During my undergrad years I developed an infatuation for Silicon Valley. In my mind, SV was the place my heroes called home. If you have read Atlas Shrugged then consider Galt’s Gulch my idea of the valley – Musk, Paige, and Bezos were synonymous to Galt, D’Anconia, and Danneskjöld.
These legends certainly do exist but what distinguishes them from today’s startup founders is the scale of the problems they are solving. Just as important, they went in with the mindset to start a business, not a startup. It’s a shame that so many startups are concerned about solving small problems when others are pushing the limits for what’s possible here on Earth and in rare cases, outer space. Not all, but most founders quickly get entangled chasing down investment deals or planning their big payout from an acquisition.
Being able to snap a picture of your buddies and quickly doodle them into a pale, red headed version of themselves certainly makes for a good laugh. But is it a problem that the world actually needs solved? That’s of course open for debate, but I lean on the side of irrelevancy. Countless man-hours spent engineering, designing and hustling their way to a bitter end with little to no profit to show. Why all this work? Because chasing down investment deals and planning for that big payout from an acquisition is often times easier than solving a real problem that a business model can be wrapped around. The first two being telltale signs of riding a bubble.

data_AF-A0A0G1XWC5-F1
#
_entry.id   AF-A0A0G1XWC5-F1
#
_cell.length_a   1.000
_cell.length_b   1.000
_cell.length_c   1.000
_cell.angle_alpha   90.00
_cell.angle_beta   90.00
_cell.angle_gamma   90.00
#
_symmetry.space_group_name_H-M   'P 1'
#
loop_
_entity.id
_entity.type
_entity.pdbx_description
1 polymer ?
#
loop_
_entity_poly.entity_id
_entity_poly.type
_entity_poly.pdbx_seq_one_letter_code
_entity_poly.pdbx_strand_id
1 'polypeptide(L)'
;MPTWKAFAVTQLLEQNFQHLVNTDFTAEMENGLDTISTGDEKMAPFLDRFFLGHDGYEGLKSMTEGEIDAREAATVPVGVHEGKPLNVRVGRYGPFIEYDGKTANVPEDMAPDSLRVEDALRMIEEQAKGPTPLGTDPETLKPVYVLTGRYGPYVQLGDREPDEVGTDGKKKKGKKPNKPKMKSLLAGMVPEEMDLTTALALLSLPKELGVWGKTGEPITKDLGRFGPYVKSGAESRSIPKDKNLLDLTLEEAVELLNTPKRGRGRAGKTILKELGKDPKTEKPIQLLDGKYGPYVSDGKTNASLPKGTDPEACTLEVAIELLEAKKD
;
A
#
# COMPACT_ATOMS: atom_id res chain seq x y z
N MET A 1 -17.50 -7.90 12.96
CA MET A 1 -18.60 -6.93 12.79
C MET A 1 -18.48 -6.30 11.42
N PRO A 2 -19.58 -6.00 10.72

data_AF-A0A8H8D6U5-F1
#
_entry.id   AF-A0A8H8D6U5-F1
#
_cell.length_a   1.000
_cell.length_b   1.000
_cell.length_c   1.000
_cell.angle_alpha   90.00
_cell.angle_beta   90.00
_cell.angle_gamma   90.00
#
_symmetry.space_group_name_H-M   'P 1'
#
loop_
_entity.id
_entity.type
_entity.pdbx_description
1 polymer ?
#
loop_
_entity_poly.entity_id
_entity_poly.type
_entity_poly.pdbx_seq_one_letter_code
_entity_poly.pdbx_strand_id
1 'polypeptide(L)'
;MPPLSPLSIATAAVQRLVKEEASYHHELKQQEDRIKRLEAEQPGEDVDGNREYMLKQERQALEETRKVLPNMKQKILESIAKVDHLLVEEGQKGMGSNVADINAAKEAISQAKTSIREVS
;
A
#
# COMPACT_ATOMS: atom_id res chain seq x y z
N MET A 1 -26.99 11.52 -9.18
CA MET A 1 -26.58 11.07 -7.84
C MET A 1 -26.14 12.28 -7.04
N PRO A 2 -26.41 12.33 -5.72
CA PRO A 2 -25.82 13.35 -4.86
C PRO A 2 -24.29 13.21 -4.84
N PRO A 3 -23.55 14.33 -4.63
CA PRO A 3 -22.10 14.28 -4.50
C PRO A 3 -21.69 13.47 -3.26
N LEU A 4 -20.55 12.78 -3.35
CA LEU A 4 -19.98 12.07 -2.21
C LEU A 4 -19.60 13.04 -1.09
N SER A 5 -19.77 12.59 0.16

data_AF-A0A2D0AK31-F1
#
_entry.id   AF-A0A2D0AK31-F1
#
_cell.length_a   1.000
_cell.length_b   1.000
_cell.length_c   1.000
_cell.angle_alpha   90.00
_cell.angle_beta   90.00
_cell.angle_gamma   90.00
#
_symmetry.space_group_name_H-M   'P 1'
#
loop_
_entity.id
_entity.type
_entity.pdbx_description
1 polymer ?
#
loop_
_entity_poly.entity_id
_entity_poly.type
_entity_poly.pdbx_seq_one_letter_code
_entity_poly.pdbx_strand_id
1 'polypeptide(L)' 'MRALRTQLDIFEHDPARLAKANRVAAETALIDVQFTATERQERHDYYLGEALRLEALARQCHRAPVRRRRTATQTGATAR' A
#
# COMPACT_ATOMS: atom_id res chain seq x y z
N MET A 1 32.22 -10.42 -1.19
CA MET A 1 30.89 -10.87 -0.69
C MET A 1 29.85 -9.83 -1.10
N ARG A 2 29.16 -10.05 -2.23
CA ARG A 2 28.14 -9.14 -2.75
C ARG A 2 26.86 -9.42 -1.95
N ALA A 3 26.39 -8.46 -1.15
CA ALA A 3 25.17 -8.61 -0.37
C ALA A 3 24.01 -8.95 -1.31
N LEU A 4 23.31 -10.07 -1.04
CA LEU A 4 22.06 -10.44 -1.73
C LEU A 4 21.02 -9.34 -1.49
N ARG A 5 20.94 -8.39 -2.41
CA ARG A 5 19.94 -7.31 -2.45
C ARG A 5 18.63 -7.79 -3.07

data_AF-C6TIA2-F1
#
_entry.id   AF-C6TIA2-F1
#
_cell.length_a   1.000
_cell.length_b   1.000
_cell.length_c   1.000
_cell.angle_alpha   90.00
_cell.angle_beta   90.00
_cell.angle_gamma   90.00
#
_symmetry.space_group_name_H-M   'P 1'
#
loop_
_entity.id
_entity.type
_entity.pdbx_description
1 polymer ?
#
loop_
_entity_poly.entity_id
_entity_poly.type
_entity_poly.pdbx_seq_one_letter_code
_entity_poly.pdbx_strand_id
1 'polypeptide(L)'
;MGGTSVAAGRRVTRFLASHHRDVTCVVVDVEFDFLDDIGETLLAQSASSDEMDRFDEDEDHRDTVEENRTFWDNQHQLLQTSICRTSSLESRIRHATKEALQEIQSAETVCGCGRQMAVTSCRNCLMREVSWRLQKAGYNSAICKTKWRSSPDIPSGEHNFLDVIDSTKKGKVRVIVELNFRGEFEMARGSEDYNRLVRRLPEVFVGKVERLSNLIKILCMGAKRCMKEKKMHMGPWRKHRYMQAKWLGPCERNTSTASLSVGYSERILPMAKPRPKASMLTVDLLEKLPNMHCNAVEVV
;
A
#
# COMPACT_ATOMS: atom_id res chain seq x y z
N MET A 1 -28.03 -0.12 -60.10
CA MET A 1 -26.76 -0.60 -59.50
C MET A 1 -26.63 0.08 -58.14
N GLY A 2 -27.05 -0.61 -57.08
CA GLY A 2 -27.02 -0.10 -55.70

I hold hope for companies like The Founder’s Found and the businesses in their portfolio. Their philosophy sums it up quite nicely: “We wanted flying cars, and we got 140 characters.” If you can do without turning your friends’ hair red and are far more enticed by companies solving real problems, take a look at Palantir – they are connecting the world’s data to foresee terrorist attacks (amongst many other services). If they would have been around in 2001 there’s a good chance that those terrorists would have been apprehended before they even walked into the airport terminal.
Maybe one day “starting a business” will have the same sex appeal as “starting a startup.” But I hope it doesn’t, for it’s a good barrier between those offering a valuable service or product to the world and those who are chasing the glitz and glam of today’s startup scene.